AG: For me, the recording process is something that has generally had some anxiety attached to it. So, I was fortunate enough to work with friends who played on and produced the album who created a very supportive and positive environment in the studio, not on my behalf, but just because that is who they are as people (Jeremy Fowler,; violinist, And having those people in the studio leant itself to some great banter between takes, taking breaks and going to eat, and, of course, the sessions where we might have indulged a little in the drink. I have nothing but positive memories of making this album.

AH: This album has a lot of different musical “flavors” on it, yet they all work so well together.  What do you think defines the Anthony Garcia sound?

AG: My love for various styles of music including classical, rock, baroque strings, heavy guitars, songwriting, and approaching a song as if it were to be featured in the scene of a film are what define my sound. I not only love a lot of styles of music, but try to represent styles of music that I’ve actually spent time with and tried in my own way, however successful or unsuccessful, to master. In doing so, I have taken away from the experience a general understanding of a particular style of music, and more than anything, a deep appreciation.

For example, I dedicated a portion of my formative musical training to classical music. I essentially stopped playing guitar and devoted time to the practice room, scales, devouring as much music from the great composers as I could. And, of equal importance, I spent a lot of time listening! Now, I would never call myself a classical pianist, but I’m a musician who spent time with classical music through the piano. There is a difference. Similarly, I would never say I was a jazz pianist, or a flamenco guitarist, etc. I’ve spent a deal of time with certain genres and have found that the purpose of all of this was to bring these styles back to the form of the song, and use them as tools to dress up a song. And I feel that combining all these styles in my music not only illustrates my styles as an artist, but documents my journey as a human.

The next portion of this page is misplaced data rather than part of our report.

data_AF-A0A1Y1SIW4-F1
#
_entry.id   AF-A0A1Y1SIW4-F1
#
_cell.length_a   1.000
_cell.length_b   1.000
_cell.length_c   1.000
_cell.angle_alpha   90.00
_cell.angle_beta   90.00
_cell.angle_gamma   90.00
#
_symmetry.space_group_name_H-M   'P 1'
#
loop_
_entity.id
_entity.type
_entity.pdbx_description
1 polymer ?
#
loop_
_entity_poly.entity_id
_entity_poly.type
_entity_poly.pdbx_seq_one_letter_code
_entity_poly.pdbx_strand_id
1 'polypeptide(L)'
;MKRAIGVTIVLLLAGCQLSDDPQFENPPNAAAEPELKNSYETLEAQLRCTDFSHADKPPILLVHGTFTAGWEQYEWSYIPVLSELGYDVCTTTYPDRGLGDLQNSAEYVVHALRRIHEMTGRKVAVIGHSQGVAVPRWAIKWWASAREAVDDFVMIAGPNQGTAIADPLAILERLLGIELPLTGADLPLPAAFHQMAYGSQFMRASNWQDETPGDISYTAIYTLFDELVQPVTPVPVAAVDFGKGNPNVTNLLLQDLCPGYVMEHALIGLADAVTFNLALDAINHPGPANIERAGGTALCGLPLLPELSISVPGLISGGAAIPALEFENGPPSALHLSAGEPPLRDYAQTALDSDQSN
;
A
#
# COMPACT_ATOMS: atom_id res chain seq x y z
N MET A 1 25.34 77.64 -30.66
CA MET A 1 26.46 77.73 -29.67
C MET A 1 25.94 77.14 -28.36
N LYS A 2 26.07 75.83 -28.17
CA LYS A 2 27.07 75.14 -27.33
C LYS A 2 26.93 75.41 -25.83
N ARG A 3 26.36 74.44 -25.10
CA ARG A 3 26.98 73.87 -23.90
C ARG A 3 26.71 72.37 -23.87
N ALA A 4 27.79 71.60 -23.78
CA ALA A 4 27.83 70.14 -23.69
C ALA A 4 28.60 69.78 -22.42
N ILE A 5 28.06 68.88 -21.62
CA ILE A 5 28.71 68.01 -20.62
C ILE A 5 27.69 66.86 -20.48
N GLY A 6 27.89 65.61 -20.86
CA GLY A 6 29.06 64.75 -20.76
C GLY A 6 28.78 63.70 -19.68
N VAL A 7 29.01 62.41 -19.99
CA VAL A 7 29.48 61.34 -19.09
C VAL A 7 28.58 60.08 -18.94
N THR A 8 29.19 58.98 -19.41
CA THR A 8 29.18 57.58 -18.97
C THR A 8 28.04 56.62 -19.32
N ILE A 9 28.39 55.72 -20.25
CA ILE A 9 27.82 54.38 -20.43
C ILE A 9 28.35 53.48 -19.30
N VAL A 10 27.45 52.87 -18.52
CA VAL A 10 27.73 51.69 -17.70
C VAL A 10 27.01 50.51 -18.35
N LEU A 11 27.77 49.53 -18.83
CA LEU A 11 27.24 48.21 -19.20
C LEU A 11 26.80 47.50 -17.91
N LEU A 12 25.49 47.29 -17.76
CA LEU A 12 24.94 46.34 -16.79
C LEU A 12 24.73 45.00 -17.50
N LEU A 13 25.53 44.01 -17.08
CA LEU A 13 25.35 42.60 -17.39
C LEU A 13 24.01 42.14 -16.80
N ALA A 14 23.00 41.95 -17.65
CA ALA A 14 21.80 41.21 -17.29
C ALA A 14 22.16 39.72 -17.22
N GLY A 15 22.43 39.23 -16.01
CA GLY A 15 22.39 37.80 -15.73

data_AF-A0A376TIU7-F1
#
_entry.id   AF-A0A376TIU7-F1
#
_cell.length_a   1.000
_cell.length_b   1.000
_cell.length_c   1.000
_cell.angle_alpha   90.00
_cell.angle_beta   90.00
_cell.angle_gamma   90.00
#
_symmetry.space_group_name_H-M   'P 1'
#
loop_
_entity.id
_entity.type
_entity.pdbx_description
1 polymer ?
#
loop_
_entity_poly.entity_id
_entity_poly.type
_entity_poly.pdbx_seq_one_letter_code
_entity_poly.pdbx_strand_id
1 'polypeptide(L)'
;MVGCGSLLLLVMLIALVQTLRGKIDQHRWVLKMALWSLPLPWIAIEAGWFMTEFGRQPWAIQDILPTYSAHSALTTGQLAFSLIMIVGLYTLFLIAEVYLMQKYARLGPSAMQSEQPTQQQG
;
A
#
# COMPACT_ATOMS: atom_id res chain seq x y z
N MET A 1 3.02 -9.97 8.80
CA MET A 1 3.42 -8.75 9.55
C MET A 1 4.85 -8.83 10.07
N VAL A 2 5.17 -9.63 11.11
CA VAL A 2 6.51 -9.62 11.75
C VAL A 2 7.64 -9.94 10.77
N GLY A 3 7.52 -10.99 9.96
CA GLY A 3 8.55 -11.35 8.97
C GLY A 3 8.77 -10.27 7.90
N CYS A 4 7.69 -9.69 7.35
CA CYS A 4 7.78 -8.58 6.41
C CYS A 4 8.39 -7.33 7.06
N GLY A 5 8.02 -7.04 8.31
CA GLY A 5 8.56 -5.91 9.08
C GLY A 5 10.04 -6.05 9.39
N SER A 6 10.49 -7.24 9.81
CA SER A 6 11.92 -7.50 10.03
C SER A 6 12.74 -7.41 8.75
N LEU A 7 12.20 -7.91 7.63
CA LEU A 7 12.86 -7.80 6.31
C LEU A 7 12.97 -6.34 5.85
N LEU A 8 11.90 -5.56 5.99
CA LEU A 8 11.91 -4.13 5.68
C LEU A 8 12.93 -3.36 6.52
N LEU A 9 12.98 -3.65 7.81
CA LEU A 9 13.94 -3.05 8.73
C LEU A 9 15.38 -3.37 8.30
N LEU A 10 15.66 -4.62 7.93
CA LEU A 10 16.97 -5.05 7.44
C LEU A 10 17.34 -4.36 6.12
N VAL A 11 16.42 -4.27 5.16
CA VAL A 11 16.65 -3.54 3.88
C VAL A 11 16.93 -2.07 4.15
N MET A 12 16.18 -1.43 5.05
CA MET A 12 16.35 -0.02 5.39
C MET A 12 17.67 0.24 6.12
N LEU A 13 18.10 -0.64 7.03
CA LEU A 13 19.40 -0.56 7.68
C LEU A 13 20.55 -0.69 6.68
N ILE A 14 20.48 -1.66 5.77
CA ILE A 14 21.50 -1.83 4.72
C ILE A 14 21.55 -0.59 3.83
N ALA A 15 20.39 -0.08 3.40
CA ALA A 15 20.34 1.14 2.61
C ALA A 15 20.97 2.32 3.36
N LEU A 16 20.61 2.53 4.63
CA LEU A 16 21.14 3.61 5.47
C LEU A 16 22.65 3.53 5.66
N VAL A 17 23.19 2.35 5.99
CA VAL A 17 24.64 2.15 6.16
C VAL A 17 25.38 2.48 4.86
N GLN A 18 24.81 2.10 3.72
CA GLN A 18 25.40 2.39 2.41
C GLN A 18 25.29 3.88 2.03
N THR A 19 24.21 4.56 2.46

AH: How do you feel about the finished album?

AG: I feel that this is probably the first album I’ve been a part of in my life that I am 100% proud of, not because I wasn’t proud of others, but because of the simple fact that the songs on the album are all mine. I am proud of the quality of the way it sounds, the production value, and the level of talent on the album that helped produce it and bring the songs to life. I feel fortunate to have collaborated with such talented people and have them use their talents to bring my songs to fruition. I feel like, for the first time in my life, I have an album that accurately depicts me as the artist I feel that I truly am.